All involuntary functions of our body are carried out by smooth muscle cells. They form the walls of blood vessels, gastrointestinal tract, urinary tract, respiratory tract, etc. These can be classified into single-unit smooth muscle cells and multi-unit smooth muscle cells.
Smooth muscle cell
Single-unit muscle fibers are compactly packed together, while multi-unit muscle fibers are more loosely packed and usually intertwined with connective tissues. Single-unit smooth muscles are spindle-shaped with a prominent nucleus in the center. They contract and relax just like striated muscle fibers, but have greater elasticity. They possess proteins like myosin and actin that aid in the contraction of cells.
Red Blood Cells
Red blood cells perform the function of carrying oxygen from the lungs to different parts of the body; they also carry carbon dioxide from different parts of the body to the lungs. These are button-shaped, i.e., biconcave, and lack a nucleus as well as many other cell organelles. They possess a protein called hemoglobin that is responsible for their oxygen-carrying capacity.
Red blood cell
Sperm Cells
Sperm Cell
These are the male reproductive cells. Mature sperm cells are haploid and motile, which fertilize the matured female reproductive cells, i.e., the ova, to produce a zygote. The sperm cells are made of the head, mid piece, and tail. The head consists of a nucleus (the haploid chromosome) and acrosome.
The nucleus fuses with the haploid female nucleus to bring about fertilization and gives rise to a diploid individual. The acrosome contains enzymes like hyaluronidase and acrosin that dissolve the outer cell membrane of the ovum and help in the release of the nucleic material. The mid piece consists of centrioles and mitochondria wrapped around the axial filament of the flagellum. The centrioles after fertilization form the centrioles of the zygote, whereas the mitochondria provides energy for the movement of the flagellum (responsible for cell motility). The flagellum moves in a whip-like manner and propels the cell forward.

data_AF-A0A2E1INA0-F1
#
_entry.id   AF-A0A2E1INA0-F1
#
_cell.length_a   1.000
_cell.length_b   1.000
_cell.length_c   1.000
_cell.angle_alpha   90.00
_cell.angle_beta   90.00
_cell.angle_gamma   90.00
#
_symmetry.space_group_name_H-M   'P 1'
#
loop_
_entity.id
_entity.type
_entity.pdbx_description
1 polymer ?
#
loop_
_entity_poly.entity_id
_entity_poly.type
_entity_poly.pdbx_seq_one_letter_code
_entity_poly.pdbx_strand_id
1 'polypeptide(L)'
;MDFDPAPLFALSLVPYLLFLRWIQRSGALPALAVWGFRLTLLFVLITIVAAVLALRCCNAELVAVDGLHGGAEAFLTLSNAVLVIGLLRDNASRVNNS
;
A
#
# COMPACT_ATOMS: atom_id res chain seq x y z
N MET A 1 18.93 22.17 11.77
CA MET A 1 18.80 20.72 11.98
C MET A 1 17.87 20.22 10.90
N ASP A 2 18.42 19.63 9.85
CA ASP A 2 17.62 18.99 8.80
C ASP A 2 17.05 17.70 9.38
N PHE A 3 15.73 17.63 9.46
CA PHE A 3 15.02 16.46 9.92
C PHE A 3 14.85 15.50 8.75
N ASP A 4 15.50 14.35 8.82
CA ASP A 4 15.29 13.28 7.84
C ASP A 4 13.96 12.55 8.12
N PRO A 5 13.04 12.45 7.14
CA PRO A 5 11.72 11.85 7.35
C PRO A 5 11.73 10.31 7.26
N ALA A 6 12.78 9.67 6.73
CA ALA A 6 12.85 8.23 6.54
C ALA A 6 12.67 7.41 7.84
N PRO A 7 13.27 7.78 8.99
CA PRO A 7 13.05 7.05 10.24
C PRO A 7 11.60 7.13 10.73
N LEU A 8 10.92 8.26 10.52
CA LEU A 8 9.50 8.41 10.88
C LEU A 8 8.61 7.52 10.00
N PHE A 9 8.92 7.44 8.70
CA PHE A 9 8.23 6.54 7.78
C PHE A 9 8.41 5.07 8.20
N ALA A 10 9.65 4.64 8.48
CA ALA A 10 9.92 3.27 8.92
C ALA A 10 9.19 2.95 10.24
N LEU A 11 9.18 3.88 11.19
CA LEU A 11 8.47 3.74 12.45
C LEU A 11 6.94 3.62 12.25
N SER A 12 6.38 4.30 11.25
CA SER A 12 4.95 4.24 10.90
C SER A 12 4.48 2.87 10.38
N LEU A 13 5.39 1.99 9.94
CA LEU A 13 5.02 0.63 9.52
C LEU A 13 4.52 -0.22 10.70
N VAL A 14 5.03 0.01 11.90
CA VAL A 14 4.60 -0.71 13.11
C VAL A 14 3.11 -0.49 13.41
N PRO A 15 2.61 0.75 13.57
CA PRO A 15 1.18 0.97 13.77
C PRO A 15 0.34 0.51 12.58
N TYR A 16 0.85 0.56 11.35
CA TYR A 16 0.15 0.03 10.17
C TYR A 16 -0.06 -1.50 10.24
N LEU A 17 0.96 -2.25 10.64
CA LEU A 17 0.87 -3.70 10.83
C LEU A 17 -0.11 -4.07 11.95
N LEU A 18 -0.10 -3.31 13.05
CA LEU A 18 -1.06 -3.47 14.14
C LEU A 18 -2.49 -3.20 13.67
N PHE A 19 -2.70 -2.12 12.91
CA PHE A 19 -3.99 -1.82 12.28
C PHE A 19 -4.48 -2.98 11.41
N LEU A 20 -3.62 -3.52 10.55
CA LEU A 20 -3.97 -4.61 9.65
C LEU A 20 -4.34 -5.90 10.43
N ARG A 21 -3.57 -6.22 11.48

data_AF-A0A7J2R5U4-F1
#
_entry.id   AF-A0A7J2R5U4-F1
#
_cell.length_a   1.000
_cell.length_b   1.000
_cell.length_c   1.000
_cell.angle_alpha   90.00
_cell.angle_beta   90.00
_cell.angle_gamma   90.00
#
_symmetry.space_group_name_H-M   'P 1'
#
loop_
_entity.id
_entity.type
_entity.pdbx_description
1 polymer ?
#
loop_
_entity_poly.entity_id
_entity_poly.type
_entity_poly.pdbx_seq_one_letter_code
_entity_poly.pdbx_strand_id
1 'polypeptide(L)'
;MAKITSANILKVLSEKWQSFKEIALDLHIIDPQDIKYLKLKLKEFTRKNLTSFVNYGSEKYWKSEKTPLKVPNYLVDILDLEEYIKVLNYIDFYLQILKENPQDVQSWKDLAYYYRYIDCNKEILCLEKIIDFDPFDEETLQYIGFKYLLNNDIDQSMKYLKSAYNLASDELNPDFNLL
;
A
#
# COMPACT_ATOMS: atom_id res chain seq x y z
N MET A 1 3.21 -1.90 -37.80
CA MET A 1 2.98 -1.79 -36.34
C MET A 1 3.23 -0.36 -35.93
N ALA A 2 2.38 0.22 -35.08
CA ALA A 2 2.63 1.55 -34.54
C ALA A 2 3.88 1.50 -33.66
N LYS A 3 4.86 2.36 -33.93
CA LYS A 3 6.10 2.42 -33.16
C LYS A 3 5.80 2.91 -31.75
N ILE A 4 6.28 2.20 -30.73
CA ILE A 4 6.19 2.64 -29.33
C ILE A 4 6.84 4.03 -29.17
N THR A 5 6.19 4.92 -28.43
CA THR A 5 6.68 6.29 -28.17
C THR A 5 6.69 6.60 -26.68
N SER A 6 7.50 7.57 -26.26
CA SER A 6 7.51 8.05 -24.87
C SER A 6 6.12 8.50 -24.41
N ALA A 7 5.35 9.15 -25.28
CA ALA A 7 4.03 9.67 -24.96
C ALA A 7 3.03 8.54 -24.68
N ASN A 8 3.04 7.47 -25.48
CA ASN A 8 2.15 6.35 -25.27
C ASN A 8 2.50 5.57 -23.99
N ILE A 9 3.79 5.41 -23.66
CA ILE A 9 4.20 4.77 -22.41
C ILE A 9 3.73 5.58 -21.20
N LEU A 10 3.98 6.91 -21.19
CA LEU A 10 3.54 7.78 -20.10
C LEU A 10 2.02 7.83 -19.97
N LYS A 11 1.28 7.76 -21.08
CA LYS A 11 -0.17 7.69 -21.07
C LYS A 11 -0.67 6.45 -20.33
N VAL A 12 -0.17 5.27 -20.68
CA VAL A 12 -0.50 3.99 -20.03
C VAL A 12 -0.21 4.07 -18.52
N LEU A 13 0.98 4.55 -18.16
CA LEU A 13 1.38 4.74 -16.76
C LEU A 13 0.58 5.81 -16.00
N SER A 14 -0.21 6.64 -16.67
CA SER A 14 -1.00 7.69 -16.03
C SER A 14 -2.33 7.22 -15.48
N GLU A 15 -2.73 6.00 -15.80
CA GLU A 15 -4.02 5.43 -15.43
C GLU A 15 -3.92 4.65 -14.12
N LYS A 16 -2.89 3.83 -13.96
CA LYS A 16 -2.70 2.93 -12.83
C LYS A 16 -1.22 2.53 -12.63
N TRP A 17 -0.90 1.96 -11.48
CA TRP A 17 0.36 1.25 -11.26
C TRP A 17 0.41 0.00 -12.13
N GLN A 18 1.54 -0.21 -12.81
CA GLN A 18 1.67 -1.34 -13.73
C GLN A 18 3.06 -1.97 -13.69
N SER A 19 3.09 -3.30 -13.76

Examples of Cell Specialization in Plants
Guard Cells
These are specialized epithelial cells that are present on the leaves and stems. A pair of guard cells controls the stomatal pore. They determine the rate of transpiration, carbon dioxide uptake, and the amount of oxygen released. Turgor pressure in these cells is responsible for the opening and closing of stomata. When guard cells take up water, their Turgor pressure increases and the stomatal pores open. When guard cells give out water, their Turgor pressure decreases, they become flaccid, and the stomatal pores close.
Guard cell
Root Hair Cells
Again, these are specialized epithelial cells that are present on the root. They help in the uptake of minerals and water. These cells have a hair-like outgrowth on the cell surface. This increases their surface area for the uptake of nutrients and water. They have a large vacuole that extends itself in a hair-like outgrowth. This vacuole is so large that it displaces the cell organelles to the periphery, and the cell seems to have only a thin layer of cytoplasm surrounding it.
Root hair cells
Cells undergo specialization in the inter phase or in the G0 phase of the cell cycle. An adult human has more than two hundred specialized cells.
Types Of White Blood Cells
Nerve Cell